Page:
Sunday, February 20, 2011

The Mirror Test

The mirror test is held up as the gold-standard for testing self-recognition in both humans and nonhumans. Infants do not react to a mirror until they are around 18-months-old, and so it is theorized that infants do not possess self-recognition until that age. Being able to comprehend "self" means being able to recognize others as unique individuals with different thoughts and ideas from our own. It means being able to separate "me" from "you".

Self-awareness was once touted as a uniquely human trait. If other species possessed it, scientists argued, it would be primates, specifically apes like chimpanzees.

So primates have been studied extensively. Chimpanzees and orangutans recognize themselves in mirrors. Three elephants presented with full-size mirrors appear to recognize their reflections and one of the three recognized a novel mark on their bodies. Previous studies with elephants used smaller mirrors and did not show self-recognition. Monkeys have also been heavily studied. For the most part, they ignore mirrors or react as if the reflection is another monkey. But one study, a result of an accident during another study, indicates rhesus monkeys may pass the mirror test. Who to believe? Decades worth of studies indicating rhesus monkeys fail or one study that indicates they pass?

The mirror test has been studied in non-mammals too. Results with European magpies indicate they have self-awareness. At least one pigeon has shown self-awareness as well.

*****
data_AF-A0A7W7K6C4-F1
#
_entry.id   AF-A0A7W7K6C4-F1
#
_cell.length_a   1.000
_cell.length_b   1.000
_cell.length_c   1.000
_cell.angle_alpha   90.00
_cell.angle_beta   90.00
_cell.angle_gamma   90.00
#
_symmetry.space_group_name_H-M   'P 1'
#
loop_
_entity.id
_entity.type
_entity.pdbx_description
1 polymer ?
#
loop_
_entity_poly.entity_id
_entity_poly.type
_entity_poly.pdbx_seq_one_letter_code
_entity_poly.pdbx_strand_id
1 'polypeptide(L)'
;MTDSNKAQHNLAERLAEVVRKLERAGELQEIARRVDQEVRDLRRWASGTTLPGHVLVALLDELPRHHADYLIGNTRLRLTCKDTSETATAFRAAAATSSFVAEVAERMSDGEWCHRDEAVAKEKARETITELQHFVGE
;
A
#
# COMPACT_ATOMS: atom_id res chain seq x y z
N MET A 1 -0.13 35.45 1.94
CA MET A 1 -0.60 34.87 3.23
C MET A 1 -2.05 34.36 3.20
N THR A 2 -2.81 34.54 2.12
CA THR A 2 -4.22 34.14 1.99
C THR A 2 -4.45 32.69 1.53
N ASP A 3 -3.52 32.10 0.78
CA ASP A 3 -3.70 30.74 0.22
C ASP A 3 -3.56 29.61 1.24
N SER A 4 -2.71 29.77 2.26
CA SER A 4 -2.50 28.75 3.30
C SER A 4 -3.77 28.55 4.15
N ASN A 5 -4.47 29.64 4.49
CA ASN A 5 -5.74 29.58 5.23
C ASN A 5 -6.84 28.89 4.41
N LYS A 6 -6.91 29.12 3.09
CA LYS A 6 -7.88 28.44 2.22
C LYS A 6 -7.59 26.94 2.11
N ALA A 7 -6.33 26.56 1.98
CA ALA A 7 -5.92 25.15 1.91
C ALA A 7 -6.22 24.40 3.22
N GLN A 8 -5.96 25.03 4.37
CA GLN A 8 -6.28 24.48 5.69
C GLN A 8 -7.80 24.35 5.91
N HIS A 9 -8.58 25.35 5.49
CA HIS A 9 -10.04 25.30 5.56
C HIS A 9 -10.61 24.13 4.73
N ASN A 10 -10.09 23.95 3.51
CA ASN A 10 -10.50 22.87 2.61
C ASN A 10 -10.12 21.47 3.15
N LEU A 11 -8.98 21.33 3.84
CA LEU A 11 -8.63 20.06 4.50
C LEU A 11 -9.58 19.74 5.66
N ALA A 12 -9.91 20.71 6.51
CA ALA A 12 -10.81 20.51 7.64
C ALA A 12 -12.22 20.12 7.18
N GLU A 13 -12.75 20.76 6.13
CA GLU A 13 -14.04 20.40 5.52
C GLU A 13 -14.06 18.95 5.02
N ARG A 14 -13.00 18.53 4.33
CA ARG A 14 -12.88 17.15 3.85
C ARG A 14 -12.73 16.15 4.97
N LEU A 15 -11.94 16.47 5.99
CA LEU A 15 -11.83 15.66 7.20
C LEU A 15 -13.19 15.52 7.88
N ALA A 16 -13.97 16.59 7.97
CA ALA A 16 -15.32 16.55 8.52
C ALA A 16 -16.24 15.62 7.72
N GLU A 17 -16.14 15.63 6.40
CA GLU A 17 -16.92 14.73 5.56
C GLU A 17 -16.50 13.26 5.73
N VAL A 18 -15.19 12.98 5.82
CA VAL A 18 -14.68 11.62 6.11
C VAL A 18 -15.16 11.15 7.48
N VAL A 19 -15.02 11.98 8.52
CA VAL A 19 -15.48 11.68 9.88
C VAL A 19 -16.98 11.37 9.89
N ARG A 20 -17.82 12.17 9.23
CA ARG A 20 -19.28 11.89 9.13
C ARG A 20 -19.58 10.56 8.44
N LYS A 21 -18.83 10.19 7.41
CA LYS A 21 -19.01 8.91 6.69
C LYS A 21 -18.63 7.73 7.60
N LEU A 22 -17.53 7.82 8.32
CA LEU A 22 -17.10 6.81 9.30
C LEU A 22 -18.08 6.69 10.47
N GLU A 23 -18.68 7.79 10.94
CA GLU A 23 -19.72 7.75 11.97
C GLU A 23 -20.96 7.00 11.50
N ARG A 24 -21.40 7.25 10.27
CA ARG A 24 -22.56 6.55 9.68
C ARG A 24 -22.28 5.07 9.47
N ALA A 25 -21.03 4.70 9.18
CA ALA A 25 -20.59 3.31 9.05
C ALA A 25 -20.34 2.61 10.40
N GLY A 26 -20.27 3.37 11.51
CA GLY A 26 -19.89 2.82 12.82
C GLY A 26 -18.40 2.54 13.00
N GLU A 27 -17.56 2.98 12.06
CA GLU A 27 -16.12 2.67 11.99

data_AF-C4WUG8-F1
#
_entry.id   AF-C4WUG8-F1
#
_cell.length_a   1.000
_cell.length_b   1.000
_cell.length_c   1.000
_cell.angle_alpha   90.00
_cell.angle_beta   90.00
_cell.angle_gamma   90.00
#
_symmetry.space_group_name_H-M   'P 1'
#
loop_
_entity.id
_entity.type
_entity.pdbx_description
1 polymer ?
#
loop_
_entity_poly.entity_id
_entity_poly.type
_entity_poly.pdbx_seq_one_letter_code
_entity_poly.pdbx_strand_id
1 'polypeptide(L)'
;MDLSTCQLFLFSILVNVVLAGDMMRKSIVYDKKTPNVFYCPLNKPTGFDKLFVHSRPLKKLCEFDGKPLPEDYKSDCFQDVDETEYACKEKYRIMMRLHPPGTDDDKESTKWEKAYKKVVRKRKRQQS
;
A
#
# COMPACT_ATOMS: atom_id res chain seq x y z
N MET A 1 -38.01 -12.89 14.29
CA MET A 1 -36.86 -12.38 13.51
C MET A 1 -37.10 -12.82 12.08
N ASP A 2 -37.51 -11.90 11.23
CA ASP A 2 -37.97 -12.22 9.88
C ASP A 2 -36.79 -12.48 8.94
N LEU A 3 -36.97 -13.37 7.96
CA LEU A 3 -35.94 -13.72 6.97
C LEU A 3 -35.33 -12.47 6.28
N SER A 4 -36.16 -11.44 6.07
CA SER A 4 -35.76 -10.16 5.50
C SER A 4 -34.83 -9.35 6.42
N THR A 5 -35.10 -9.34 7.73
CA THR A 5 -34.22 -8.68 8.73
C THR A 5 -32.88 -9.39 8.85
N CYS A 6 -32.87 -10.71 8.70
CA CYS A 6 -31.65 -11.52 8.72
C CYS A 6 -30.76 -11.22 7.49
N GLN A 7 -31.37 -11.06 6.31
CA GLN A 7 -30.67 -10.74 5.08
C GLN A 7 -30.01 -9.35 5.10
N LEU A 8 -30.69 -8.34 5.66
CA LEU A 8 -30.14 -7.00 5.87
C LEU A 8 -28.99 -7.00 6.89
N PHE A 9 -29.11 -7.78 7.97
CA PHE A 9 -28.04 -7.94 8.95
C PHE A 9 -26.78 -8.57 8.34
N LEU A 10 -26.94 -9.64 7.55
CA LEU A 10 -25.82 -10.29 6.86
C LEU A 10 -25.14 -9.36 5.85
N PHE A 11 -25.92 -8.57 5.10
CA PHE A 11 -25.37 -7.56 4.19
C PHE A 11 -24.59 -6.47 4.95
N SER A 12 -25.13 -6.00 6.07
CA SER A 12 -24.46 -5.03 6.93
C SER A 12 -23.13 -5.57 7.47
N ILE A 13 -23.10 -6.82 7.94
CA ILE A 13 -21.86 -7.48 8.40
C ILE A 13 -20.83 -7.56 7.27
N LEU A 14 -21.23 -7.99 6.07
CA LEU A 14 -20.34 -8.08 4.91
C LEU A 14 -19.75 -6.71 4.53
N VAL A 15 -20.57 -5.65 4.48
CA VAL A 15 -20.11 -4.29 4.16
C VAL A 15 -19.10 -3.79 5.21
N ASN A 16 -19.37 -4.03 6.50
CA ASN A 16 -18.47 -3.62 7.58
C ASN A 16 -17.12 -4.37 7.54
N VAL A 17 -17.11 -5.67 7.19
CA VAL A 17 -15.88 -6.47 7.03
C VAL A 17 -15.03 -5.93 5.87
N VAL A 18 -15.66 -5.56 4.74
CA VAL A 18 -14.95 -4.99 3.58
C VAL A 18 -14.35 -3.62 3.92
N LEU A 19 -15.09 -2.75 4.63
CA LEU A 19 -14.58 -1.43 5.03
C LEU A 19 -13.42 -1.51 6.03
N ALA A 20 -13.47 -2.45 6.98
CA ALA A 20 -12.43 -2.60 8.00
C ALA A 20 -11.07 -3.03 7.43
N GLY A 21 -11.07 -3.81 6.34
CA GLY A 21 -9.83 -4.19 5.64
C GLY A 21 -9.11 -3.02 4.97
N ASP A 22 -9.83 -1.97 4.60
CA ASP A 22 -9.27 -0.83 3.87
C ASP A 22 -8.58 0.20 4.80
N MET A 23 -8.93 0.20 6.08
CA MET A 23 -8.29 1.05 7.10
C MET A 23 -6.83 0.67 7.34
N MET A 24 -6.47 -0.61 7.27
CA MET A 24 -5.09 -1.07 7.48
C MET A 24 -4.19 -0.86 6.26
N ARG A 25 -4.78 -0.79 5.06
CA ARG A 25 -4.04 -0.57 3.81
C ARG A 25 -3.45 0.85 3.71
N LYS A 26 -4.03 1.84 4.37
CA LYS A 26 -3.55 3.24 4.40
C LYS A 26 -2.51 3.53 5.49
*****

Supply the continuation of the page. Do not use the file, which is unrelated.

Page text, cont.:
Pigs were studied with a modified mirror test. Pigs, when presented with a mirror, are fascinated by it. They will spend a long period of time staring at themselves, turning their head side to side. The research pigs did not act as if the pig they saw was another pig. But they failed the mark test in which a novel marking is placed on the animal. An animal that passes the mark test will focus heavily on the mark and/or try to remove it. The researchers modified the test by hiding a bowl of food behind a wall. A fan dispersed the scent of the food. The only way the pigs could figure out where the food was located was by using the reflection of the mirror. Seven of the eight pigs did so.

Mirror tests are inherently flawed, though. They are based upon human awareness and understanding of mirrors and our highly attuned and advanced visual system. For example, people who have been blind all their life and regain sight, may not recognize mirrors or themselves initially. This is not because they lack self-awareness but lack the cultural and social experience of the mirror itself.

Which is why it's imperative researchers focus more on the sensory abilities of the animals they are studying (of course, not studying them at all would be fine by me, but that's a different topic). For example, dogs fail mirror tests. But dogs are not truly visual creatures. They have finely tuned motion-sensing abilities, but their visual acuity pales in comparison to other species, like humans and birds. What they lack in visual ability, they more than make up for in olfactory ability. Testing self-awareness in dogs should involve the sense of smell. I would argue that for pigs too - they rely heavily on their sense of smell, not sight, to survive.

Failing a mirror test does not mean an animal or species fails at self-awareness. Certainly not all species are self-aware, but I would wager more mammalian and avian species possess some measure of theory of mind and self-awareness than not.

What do you think about mirror tests and nonhuman self-awareness?

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